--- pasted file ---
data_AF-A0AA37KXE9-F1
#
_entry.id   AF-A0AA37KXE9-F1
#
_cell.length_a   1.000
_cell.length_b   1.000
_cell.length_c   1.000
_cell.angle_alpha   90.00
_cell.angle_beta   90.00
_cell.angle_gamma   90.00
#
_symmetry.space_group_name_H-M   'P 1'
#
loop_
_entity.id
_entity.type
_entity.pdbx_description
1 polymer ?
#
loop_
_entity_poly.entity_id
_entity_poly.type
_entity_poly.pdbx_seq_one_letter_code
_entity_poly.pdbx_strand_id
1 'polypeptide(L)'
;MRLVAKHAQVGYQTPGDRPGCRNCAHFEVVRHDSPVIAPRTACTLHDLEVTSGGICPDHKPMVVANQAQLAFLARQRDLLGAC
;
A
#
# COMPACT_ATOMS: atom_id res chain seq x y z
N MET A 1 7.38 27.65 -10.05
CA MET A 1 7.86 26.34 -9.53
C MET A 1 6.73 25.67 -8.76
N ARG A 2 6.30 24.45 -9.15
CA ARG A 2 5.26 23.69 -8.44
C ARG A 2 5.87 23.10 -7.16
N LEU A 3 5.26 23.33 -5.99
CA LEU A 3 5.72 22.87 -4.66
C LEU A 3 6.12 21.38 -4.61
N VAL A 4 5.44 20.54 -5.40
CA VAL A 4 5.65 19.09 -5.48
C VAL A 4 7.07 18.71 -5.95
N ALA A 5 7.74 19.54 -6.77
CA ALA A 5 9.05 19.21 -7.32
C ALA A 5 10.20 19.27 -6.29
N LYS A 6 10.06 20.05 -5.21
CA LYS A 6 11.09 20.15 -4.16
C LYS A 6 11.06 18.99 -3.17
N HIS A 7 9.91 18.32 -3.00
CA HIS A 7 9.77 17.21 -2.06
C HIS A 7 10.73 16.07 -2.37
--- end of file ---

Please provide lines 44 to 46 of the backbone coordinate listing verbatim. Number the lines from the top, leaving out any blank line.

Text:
CA ALA A 5 9.05 19.21 -7.32
C ALA A 5 10.20 19.27 -6.29
N LYS A 6 10.06 20.05 -5.21